China and Taiwan Signed a Trade Deal

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Taiwan is scheduled to sign signed its first trade treaty with China tomorrow, strengthening commercial ties with the fastest-growing major economy and the island’s biggest trading partner and investment destination.

* China will cut tariffs on 539 items from Taiwan valued at $13.8 billion, or about 16 percent of the island’s 2009 exports to the mainland
* Taiwan will cut tariffs on 267 items from China worth $2.86 billion, or about 10.5 percent of the country’s shipments to Taiwan in 2009
* Direct air, shipping and postal links were already re-established. In the first five months of this year, 70,445 Chinese visited Taiwan, 70 percent more than in the corresponding period a year earlier

The deal, known as the Economic Cooperation Framework Agreement (ECFA), will lower tariffs on two-way trade that’s now estimated at around $120 billion annually and improve mutual market access in services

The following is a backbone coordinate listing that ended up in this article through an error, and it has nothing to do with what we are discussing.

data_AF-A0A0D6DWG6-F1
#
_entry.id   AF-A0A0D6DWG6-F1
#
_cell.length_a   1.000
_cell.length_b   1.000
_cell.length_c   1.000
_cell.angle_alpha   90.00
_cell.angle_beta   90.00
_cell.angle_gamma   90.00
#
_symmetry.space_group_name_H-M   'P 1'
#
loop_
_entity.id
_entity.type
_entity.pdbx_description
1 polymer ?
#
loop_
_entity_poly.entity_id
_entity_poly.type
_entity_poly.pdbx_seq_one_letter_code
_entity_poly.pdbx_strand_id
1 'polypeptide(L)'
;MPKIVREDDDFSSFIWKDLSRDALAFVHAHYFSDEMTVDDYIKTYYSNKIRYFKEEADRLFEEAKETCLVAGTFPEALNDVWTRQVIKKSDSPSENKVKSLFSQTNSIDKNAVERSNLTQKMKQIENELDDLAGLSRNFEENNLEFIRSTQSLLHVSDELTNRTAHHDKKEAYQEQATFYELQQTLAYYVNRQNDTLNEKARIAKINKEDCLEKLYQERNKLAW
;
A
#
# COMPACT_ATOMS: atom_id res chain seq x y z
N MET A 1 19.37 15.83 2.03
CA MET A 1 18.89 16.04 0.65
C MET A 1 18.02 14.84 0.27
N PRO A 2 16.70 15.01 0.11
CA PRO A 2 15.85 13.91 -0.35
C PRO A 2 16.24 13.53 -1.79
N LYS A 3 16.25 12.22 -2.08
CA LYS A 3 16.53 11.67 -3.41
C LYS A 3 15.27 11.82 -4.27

Analysts caution that the deal may be the peak for cross-strait relations, at least for the next few years. Any further major deals like ECFA are unlikely until (and if) Taiwan’s China-friendly President Ma Ying-jeou is reelected in 2012. And the chances for political or military talks remain slim.

Ma and his party will face tough local elections this November, a legislative election in late 2011, and a March 2012 reelection bid.

The ECFA deal will now be sent to Taiwan’s legislature, and the opposition has already begun a debate on how that review process should go. The opposition also looks set to moot another proposal to put ECFA to an island-wide referendum (two previous proposals were rejected by a referendum review committee). But the opposition holds too few seats to block the deal, meaning final passage is expected later this summer.

* In January, a separate trade accord took effect between China and the Association of Southeast Asian Nations, lowering tariffs on two-way trade. Similar deals for China with Japan and South Korea are under discussion.

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